SEMINAR: Eliminating Human Trafficking through Public Education: Policy and the Normative Politics of One U.S. State

Please join us for a lunchtime seminar hosted by the Childhood and Gender Stream, Social Science Research Unit, UCL Institute of Education.

12:30 – 13:30, 4th May 2016, 18 Woburn Square, London, WC1H 0NR

Speaker: Dr. Melinda Lemke

Human trafficking is a well-recognized international and United States policy issue. Not a new phenomenon, the labor and sexual exploitation of individuals for profit, or what some scholars refer to as modern day slavery, exists alongside other forms of socioeconomic violence historically perpetrated against children, females, and individuals of color. Despite being a serious human rights issue with important implications for public education, there is a dearth of educational research on youth trafficking and respective policy-driven efforts designed to bring educators into the fold of trafficking prevention. In 2013, Texas House Bill 1272 mandated the development of trafficking prevention curricula for protective services, health services, and K-12 educational personnel. This task was legally allocated to the Texas Human Trafficking Prevention Task Force (Task Force), which is run by the Texas Office of the Attorney General (OAG). HB 1272 was landmark policy not only in terms of Texas legislative history and the bill’s scope, but because of the context within which it passed and the paucity of research in this area.

This presentation covers empirical findings from a two-part qualitative study that examined the organizational, political, and normative dynamics contributing to the creation and enactment of HB 1272. Utilizing multifocal critical theory and a feminist critical policy analysis approach, data collection and analysis included 79 documents, 15 in-depth, semi-structured interviews, 1 informal interview, and direct participation in Task Force processes.

Major findings can be summarized as follows:

1) consensus about the “front line” importance of the educational sector within multisector statewide youth trafficking prevention efforts;

2) knowledge about trafficking policy and respective dynamics differed between legislative and Task Force respondents;

3) despite the appearance of bipartisan support for HB 1272 and an inclusive implementation process, slippage was identified at both policy levels; and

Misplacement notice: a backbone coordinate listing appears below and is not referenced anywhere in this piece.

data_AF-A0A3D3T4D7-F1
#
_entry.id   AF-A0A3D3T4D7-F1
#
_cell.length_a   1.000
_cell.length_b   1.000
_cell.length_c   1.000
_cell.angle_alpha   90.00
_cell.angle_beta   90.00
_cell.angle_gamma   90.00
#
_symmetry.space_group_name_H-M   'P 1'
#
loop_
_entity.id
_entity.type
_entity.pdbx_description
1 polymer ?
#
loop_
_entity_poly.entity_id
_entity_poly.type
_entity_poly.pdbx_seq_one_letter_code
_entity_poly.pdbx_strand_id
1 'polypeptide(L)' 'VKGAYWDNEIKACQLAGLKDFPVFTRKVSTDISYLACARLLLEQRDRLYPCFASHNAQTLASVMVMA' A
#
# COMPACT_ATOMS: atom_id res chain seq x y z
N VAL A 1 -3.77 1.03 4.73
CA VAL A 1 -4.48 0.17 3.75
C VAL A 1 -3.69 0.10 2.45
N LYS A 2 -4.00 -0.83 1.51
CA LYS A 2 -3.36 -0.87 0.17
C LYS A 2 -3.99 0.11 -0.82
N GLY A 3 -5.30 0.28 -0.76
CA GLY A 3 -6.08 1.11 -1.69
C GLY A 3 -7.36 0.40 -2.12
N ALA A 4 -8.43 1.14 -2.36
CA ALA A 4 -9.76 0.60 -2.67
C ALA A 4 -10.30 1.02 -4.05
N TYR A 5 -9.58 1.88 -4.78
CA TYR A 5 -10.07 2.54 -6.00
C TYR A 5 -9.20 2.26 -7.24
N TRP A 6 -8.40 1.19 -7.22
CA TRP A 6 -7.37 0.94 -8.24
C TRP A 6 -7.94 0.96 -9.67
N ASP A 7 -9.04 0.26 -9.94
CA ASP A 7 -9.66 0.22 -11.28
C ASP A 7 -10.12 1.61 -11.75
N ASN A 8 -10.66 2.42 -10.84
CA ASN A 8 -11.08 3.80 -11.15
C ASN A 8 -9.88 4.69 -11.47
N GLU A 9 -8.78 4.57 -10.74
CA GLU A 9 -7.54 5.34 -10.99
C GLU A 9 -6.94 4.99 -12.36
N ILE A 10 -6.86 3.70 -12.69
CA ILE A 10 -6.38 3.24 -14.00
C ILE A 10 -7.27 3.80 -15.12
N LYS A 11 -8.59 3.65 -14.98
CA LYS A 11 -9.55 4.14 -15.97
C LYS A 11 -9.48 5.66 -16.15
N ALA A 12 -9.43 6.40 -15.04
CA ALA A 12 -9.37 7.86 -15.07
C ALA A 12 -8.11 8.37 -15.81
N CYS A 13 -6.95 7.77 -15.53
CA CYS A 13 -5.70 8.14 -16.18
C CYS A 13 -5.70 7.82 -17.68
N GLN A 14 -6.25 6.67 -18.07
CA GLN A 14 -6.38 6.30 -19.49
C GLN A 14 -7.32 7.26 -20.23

4) multiple normative dynamics were identified as roadblocks to truly giving “student victims a voice” and effective long-term implementation at the local level.

While focused on a specific U.S. state trafficking bill, this study has important lessons for diverse areas of educational policy, leadership, and curriculum studies research. Concerned with gaps between policy intention and outcomes in practice, as well as the role elite actors have in shaping public understanding of commercial violence and youth marginality, this research also is applicable beyond U.S. settings and policy.

Dr. Melinda Lemke is a Postdoctoral Research Associate for the Swansea University College of Law and Criminology, Wales Observatory on Human Rights of Children and Young People. At the Wales Observatory, her work involves developing trans-Atlantic partnerships and research on the rights of displaced youth. Broadly, Dr. Lemke’s research utilizes a critical feminist and interdisciplinary lens to consider how interprofessionals, local organizations, and public entities interact within complex policy environments to affect youth educational experience. She more narrowly is interested in how educational institutions and actors are attentive (or not) to the needs of underserved student populations, gaps between policy and practice, and global human rights issues. Before joining the Wales Observatory, she was a Research Associate at the Texas Center for Educational Policy, served as founding Managing Editor of the Texas Education Review, and had a lengthy career in U.S. urban public education and administrative social studies curriculum development. Dr. Lemke completed a PhD in Educational Policy and Planning with a concentration in Women’s and Gender Studies at The University of Texas at Austin. In Autumn 2016, she begins an Assistant Professorship in the University at Buffalo’s Graduate School of Education in the Department of Educational Leadership and Policy.

The seminar is free to attend, but spaces are available on a first come first serve basis.